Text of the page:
Navajo Say U.S. Sacked Canyon for Bones & Art
PRESCOTT, Ariz. (CN) - The Navajo Nation claims the National Park Service sacked more than 300 sets of human remains and cultural artifacts from Canyon de Chelly National Monument, in violation of an 1868 treaty and the U.S. Constitution.
The Navajo, who refer to themselves as Diné, meaning "people," sued the National Park Service, the Department of Interior, the two agencies' top officials and Canyon de Chelly National Monument Park Superintendent Tom Clark, in Federal Court.
Canyon de Chelly National Monument is on the Arizona portion of the vast Navajo Reservation. Famous for its dramatic rock formations and ruins of ancient cliff dwellings, the monument is one the of reservation's top tourist attractions, and has been featured in countless cowboy movies.
According to defendant Clark, the canyon has been inhabited and considered a spiritual landscape by the Navajo, Hopi, Zuni and other tribes going back some 4,000 years. About 40 Navajo families still farm and raise livestock in the canyon.
The Navajo, the country's largest tribe, gained title to Canyon de Chelly and its tributary Canyon del Muerto through the Treaty of 1868, which ended years of fighting between the tribe and federal troops and established the borders of the reservation. The tribe agreed to allow the federal government to establish the monument in 1930.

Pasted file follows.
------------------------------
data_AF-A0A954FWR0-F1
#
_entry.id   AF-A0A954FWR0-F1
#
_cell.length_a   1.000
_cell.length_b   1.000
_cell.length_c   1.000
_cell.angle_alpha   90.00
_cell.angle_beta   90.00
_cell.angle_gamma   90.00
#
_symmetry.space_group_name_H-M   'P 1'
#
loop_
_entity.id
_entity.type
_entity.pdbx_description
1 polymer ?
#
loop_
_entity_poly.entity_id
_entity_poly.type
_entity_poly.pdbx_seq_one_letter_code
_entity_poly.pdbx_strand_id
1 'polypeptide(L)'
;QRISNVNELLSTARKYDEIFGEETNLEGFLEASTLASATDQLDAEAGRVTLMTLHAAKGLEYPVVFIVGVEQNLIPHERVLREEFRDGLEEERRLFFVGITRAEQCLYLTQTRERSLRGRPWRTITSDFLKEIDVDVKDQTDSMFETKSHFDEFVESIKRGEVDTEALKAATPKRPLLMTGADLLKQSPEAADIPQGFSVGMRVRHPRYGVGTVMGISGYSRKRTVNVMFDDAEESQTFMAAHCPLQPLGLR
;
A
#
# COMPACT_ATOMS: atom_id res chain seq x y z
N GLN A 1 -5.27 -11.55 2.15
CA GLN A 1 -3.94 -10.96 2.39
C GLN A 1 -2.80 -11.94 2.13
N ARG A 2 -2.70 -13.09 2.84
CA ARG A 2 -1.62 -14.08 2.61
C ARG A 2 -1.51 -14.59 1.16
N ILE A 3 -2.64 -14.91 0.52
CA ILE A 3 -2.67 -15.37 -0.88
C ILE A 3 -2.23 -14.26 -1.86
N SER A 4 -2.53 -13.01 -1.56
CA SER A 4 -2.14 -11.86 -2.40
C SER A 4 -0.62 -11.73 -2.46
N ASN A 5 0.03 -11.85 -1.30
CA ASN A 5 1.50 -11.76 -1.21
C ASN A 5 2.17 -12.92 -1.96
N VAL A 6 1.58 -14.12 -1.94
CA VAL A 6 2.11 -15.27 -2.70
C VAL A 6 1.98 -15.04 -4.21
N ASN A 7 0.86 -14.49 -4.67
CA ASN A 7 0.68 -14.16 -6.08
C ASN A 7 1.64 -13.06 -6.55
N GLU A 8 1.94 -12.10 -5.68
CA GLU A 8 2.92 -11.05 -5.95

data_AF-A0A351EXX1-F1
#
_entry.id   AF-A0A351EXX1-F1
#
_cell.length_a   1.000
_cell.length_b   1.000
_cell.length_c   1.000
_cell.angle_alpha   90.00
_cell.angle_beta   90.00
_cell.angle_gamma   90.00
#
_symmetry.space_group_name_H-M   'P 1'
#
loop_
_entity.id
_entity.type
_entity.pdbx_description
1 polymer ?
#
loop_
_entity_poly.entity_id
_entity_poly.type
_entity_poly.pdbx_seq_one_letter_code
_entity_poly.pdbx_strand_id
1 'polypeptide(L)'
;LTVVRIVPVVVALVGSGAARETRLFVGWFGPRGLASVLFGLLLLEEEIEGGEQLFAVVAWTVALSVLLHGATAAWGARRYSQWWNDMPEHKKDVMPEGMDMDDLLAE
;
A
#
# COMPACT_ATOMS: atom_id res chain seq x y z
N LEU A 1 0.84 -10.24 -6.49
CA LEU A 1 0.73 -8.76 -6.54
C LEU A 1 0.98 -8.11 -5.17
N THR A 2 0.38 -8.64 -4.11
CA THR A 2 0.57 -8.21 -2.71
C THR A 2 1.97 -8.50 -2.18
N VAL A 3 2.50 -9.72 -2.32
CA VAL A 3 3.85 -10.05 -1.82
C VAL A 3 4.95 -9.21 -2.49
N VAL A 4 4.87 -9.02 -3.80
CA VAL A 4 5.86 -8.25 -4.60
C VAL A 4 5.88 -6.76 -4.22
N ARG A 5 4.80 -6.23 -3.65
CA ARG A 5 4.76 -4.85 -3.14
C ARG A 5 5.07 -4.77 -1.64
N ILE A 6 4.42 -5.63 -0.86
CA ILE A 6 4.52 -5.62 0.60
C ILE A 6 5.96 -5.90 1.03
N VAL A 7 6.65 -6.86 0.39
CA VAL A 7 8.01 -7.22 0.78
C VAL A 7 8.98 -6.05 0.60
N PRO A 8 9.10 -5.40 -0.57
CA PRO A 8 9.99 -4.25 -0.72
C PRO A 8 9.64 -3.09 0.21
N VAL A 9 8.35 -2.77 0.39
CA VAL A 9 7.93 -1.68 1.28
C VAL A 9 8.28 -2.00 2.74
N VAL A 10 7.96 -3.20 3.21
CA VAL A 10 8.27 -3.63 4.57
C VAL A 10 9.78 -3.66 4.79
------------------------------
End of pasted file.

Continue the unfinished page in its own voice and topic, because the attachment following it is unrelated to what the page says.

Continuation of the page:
But attorneys with the Navajo Nation Department of Justice's Natural Resources Unit say that the tribe would never have consented to that deal if it had known the National Park Service planned to take human remains from the canyons, which they say "constitute the very heart of the Navajo homeland (Dinébikeyah), which is bounded by the four sacred mountains of the Navajo People."
"Since the establishment of the National Monument, without seeking or obtaining consent or permission of the Navajo Nation government, and contrary to Diné spiritual, religious and cultural practice, NPS has dug up and carried off human remains, and cultural objects, from Canyon de Chelly and Canyon del Muerto, and put them in its 'collection,'" the complaint states.
"In the Navajo world view, exhuming human remains causes illness to human beings, including depression, arthritis, and family and intertribal disharmony, damages crops, natural ecosystems and the environment, and disrupts local and global weather patterns.
"By agreeing to the establishment of the Canyon de Chelly National Monument, the Navajo Nation Council would never have agreed, and did not agree, that the National Park Service, or any other party, was thereby allowed to exhume and carry off human remains and sacred and other cultural objects located on or in the monument."
The service is holding 303 sets of human remains and various cultural artifacts from Canyon de Chelly at the Western Archeology Conservation Center in Tucson. The tribe has been trying to get the items back since at least the late 1990s, according to the complaint.